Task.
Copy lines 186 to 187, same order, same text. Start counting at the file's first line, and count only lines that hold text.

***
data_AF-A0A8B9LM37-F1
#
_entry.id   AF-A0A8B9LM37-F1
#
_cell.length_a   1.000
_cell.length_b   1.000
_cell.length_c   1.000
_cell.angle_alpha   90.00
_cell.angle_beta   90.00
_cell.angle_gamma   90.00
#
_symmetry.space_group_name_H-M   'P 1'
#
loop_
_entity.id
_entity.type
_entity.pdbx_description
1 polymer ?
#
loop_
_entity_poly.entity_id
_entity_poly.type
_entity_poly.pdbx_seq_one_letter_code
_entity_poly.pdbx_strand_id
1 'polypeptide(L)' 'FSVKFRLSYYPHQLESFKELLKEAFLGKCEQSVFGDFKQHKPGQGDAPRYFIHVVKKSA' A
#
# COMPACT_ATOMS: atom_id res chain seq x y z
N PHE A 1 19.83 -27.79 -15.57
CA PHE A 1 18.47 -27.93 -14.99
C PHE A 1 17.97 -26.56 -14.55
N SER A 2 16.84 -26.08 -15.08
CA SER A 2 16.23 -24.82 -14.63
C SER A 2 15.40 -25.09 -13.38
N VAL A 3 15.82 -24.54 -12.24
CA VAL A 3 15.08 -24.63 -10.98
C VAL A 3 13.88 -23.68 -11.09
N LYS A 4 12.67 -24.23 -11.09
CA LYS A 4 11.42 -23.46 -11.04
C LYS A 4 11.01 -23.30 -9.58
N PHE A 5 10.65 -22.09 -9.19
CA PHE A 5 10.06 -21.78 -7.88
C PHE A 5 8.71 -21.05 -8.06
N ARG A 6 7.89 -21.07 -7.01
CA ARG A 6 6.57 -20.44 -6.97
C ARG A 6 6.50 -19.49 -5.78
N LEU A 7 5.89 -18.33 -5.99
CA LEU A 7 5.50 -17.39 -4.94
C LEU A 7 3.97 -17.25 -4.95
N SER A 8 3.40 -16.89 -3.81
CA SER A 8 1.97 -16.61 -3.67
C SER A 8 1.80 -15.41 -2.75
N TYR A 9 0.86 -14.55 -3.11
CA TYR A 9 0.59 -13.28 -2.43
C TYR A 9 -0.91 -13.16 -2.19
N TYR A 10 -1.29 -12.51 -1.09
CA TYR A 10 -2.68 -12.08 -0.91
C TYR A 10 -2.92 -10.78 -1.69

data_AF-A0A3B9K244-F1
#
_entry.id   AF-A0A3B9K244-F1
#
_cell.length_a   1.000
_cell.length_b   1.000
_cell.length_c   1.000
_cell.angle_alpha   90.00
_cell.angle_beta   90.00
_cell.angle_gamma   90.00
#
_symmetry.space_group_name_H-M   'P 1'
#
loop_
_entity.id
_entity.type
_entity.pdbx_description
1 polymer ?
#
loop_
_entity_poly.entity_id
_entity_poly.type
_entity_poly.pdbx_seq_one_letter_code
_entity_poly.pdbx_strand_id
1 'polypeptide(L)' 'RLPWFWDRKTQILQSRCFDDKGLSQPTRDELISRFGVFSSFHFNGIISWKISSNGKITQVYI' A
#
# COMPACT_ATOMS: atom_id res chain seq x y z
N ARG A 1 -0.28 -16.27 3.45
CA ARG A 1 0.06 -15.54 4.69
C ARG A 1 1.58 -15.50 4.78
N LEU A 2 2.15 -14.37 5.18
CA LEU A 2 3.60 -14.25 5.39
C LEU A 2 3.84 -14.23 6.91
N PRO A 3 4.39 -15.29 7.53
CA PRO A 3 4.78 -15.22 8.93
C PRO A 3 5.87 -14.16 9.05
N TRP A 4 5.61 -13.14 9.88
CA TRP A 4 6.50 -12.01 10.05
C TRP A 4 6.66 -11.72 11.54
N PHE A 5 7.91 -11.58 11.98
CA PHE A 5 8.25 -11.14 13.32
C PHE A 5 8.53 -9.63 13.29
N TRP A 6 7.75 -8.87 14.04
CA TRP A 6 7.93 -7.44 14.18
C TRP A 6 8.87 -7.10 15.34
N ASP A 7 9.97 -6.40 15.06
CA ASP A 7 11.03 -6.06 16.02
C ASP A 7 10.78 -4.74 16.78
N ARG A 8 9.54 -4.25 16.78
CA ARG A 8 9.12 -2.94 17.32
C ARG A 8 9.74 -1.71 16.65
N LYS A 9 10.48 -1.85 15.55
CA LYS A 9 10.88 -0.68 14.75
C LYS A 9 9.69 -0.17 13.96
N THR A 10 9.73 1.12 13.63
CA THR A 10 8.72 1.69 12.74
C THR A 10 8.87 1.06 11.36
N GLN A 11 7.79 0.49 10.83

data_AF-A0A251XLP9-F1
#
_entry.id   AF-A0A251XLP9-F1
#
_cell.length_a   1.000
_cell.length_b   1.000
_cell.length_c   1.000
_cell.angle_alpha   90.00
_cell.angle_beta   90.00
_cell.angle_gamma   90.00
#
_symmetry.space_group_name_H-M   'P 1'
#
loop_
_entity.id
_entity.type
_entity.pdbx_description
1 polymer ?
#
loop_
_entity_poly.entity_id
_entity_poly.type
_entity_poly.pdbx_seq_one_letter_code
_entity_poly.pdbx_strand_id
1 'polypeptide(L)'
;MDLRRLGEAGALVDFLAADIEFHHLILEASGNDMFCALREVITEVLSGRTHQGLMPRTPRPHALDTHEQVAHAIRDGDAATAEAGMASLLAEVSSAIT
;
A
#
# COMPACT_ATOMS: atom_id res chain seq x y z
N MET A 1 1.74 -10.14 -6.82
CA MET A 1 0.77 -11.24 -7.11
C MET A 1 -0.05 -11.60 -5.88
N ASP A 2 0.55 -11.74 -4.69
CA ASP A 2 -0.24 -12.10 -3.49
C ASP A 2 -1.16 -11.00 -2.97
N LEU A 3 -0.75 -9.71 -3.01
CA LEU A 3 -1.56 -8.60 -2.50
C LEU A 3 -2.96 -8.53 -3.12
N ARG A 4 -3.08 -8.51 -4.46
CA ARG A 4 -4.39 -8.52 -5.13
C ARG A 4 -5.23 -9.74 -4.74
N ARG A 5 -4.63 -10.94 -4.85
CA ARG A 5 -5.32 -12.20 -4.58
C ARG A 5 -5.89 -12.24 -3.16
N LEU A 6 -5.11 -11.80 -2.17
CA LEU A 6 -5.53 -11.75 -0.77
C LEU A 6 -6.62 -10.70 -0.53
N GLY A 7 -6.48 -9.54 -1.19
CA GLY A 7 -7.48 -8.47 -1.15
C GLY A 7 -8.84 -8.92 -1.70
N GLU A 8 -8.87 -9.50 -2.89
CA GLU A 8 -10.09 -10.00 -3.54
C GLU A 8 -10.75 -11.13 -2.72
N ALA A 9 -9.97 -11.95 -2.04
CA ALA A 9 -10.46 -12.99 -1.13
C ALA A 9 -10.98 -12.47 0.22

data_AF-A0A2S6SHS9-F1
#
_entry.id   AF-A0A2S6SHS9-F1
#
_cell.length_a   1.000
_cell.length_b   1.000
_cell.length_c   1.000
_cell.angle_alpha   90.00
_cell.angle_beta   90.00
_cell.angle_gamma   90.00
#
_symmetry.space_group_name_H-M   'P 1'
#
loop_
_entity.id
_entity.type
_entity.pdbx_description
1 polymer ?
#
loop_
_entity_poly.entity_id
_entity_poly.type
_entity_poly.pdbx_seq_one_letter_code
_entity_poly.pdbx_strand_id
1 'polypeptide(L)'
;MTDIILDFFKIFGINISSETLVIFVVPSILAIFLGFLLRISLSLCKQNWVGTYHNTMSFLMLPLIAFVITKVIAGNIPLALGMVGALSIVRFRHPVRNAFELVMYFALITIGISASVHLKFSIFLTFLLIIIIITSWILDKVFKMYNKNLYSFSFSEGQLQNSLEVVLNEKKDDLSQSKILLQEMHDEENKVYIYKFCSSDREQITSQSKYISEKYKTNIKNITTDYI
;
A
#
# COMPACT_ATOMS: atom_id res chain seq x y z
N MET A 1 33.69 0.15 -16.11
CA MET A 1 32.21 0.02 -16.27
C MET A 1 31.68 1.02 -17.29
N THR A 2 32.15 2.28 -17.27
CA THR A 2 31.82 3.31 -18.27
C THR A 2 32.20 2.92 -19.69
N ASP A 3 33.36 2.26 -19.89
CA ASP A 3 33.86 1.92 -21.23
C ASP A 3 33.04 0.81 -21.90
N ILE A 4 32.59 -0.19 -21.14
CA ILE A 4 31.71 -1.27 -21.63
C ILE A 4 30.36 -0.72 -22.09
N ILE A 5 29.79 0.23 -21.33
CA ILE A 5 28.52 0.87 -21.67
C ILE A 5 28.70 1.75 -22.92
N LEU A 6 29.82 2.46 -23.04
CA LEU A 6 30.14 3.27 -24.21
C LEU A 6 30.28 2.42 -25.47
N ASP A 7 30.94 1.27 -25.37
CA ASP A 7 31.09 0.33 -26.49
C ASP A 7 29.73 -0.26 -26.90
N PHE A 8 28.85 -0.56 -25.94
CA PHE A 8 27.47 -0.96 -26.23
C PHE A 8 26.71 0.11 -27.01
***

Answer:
loop_
_entity.id